Remember back in the late 1990s when the world was freaking out that come the year 2000, computers would suddenly stop working due to the change in the year? It looks like we’re about to relive those issues, except maybe on a smaller scale and it is only limited to two browsers – Google Chrome and Mozilla Firefox.

This is because both Chrome and Firefox are nearing version 100 and because of this, the way websites identify browsers could cause it to run into issues when either browser is updated to version 100.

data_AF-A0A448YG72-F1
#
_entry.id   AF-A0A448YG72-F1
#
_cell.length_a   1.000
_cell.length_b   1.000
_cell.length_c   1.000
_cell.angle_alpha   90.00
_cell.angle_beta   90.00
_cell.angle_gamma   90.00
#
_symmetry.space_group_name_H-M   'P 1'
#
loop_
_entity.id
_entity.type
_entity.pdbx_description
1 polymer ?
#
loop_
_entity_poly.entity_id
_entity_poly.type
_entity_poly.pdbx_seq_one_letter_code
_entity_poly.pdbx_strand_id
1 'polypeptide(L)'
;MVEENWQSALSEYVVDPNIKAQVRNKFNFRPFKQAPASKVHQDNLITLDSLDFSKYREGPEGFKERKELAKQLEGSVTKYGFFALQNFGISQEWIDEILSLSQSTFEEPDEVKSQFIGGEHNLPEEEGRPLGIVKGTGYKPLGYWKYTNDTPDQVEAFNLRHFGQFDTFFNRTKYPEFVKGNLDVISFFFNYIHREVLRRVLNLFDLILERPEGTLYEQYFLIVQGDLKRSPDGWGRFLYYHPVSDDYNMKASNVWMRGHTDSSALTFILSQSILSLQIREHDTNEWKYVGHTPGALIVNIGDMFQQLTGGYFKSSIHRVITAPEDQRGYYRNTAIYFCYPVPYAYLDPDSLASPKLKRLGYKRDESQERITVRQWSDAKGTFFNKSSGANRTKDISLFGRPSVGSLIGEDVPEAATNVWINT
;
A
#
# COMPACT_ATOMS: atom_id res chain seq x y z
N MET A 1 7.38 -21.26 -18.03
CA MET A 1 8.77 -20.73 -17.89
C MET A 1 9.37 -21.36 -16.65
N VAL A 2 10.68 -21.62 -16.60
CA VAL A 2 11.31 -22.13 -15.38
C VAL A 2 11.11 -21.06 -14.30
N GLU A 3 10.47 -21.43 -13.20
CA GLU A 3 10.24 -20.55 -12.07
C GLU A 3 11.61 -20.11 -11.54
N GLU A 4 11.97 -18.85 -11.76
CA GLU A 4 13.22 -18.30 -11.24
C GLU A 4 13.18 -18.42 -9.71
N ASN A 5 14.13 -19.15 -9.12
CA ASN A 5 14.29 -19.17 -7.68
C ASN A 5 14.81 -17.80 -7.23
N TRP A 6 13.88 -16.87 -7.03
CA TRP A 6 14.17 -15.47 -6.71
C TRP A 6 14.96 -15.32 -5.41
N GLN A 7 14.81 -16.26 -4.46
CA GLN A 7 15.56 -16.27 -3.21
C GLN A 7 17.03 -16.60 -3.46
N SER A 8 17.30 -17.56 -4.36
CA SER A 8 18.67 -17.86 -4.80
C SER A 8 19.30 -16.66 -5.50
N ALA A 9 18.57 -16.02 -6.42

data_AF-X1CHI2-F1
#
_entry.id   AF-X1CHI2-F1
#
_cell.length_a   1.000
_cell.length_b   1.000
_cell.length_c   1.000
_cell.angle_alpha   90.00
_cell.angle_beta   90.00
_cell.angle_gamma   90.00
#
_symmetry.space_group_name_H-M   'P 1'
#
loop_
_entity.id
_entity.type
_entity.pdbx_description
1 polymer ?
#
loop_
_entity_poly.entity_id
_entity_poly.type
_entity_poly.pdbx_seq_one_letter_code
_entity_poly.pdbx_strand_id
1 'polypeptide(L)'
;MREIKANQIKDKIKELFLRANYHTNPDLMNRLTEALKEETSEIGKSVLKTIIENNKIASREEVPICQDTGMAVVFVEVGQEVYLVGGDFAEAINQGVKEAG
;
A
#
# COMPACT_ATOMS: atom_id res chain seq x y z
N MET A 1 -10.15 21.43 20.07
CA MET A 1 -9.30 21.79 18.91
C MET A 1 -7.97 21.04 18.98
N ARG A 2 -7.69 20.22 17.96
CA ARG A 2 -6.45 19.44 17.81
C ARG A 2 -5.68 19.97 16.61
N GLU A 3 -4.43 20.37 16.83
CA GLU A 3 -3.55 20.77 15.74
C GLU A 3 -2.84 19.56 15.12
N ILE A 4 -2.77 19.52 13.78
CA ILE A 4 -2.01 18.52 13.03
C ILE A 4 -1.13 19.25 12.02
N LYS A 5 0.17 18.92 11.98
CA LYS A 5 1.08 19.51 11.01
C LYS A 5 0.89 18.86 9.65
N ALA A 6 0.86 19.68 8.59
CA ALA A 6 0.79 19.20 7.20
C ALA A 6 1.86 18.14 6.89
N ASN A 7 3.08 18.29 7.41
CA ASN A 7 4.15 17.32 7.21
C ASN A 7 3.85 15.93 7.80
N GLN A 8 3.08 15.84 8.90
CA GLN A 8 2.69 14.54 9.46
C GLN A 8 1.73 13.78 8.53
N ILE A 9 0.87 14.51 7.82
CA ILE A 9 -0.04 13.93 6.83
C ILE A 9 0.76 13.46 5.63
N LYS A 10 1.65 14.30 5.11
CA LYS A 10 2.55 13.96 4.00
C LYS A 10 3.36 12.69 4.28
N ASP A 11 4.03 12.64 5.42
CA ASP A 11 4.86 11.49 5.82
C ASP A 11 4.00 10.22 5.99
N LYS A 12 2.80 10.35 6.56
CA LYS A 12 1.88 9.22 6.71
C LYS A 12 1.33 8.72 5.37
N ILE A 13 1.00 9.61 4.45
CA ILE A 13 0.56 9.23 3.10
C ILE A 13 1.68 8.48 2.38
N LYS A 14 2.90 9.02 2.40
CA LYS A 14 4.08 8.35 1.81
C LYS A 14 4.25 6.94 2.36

According to a post on Mozilla’s website, “Major version 100 is a big milestone for both Chrome and Firefox. It also has the potential to cause breakage on websites as we move from a two-digit to a three-digit version number.” 

The post adds, “Without a single specification to follow, different browsers have different formats for the User-Agent string, and site-specific User-Agent parsing. It’s possible that some parsing libraries may have hard-coded assumptions or bugs that don’t take into account three-digit major version numbers.”

The good news is that both Google and Mozilla have been working to fix this issue, one of which involves tricking websites into thinking the current version is version 100 and then identifying the issues and then fixing them. Both companies also have plans to potentially freeze the major version at 99 until a more permanent fix can be found.

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